The above statement also deserves a careful second reading, especially the part that unjustly equates the occupation of the Palestinian land by Israel through military aggression; with the care-taker role of Egypt and Jordan that came through agreement not aggression against the Palestinian people; note the language of the above statement “Jordan and Egypt occupied the other parts of the territory“.

The United Nations General Assembly Resolution 194 was passed on December 11, 1948.  The resolution consists of 15 Articles.  Article 11 is among the most significant:the refugees wishing to return to their homes and live at peace with their neighbours should be permitted to do so at the earliest practicable date, and that compensation should be paid for the property of those choosing not to return and for loss of or damage to property which, under principles of international law or in equity, should be made good by the Governments or authorities responsible.”

The United Nations General Assembly Resolution 273 was passed on May 11, 1949. The resolution admitted Israel to membership in the United Nations conditional on Israel’s implementation of the above mentioned two resolutions (181 & 194). The full text of the UN Resolution 273:

Having received the report of the Security Council on the application of Israel for membership in the United Nations, Noting that, in the judgment of the Security Council, Israel is a peace-loving State and is able and willing to carry out the obligations contained in the Charter, Noting that the Security Council has recommended to the general Assembly that it admit Israel to membership in the United Nations, Noting furthermore the declaration by the State of Israel that it ‘unreservedly accepts the obligations of the United Nations Charter and undertakes to honour them from the day when it becomes a member of the United Nations,’  Recalling its resolutions of 29 November 1947 and 11 December 1948 and taking note of the declarations and explanations made by the representative of the Government of Israel before the Ad Hoc Political Committee in respect of the implementation of the said resolutions, The General Assembly, Acting in discharge of its functions under Article 4 of the Charter and rule 125 of its rules of procedure,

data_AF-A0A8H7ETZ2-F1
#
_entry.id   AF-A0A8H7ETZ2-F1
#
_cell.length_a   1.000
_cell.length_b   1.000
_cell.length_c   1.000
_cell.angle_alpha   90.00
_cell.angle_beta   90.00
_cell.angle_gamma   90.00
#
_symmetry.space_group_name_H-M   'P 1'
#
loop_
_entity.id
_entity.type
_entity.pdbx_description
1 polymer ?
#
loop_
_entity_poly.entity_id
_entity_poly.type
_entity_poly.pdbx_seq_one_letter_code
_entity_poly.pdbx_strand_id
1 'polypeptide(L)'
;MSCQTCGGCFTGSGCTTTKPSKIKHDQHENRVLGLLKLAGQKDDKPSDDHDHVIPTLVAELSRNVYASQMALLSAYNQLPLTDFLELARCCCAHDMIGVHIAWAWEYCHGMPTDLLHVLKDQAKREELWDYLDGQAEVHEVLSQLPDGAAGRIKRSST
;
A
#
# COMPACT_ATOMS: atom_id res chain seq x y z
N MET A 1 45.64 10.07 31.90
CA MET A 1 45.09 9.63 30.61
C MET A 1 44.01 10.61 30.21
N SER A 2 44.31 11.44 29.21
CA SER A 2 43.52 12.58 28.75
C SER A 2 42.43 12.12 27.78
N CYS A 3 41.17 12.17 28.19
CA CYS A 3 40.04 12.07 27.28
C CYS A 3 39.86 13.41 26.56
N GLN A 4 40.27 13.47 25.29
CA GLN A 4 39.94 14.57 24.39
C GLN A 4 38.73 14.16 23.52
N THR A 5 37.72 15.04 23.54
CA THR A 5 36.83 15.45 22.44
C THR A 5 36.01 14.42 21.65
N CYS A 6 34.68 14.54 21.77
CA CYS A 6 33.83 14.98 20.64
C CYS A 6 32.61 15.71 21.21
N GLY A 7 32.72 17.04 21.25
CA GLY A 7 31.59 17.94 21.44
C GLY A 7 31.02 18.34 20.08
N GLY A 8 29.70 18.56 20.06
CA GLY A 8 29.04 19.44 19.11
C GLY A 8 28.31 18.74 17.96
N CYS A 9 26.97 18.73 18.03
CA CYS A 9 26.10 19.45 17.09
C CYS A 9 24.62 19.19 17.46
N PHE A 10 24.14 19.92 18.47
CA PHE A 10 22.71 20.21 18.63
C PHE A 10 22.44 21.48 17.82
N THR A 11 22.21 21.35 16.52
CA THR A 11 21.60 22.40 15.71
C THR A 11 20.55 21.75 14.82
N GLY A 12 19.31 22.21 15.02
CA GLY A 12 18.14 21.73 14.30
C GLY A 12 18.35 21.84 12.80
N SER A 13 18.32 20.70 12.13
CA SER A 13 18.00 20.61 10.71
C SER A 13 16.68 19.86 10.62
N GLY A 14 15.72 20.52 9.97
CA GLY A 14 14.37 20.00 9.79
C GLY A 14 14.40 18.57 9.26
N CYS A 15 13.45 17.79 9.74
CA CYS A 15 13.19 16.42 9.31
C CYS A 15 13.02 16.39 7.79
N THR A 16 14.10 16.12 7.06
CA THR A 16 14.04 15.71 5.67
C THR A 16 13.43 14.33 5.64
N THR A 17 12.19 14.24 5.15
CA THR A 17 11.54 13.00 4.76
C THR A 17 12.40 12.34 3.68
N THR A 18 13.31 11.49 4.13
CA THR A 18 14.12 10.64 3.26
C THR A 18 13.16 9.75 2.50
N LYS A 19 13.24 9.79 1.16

1. Decides that Israel is a peace loving State which accepts the obligations contained in the Charter and is able and willing to carry out those obligations;
  2. Decides to admit Israel to membership in the United Nations.”

The United Nations admitted Israel as a member of the world organization based on the following conditions:

  1. Israel’s implementation of Resolution 181 which aims to create two independent States; a Palestinian State in the green colored areas of the partition map above, and a Jewish State in the white colored areas of the partition map above
  2. Israel’s implementation of Resolution 194 which aims, among other things, to guarantee the right of return of the Palestinians to their homeland
  3. Additional conditions contained in Resolution 273: Israel is a peace-loving State and is able and willing to carry out the obligations contained in the Charter… the declaration by the State of Israel that it unreservedly accepts the obligations of the United Nations Charter and undertakes to honour them from the day when it becomes a member of the United Nations.

Reflecting on the past 60 years, it is baffling that the United Nations has not questioned the validity of it own resolutions.

To be continued…

M. Alaadin A. Morsy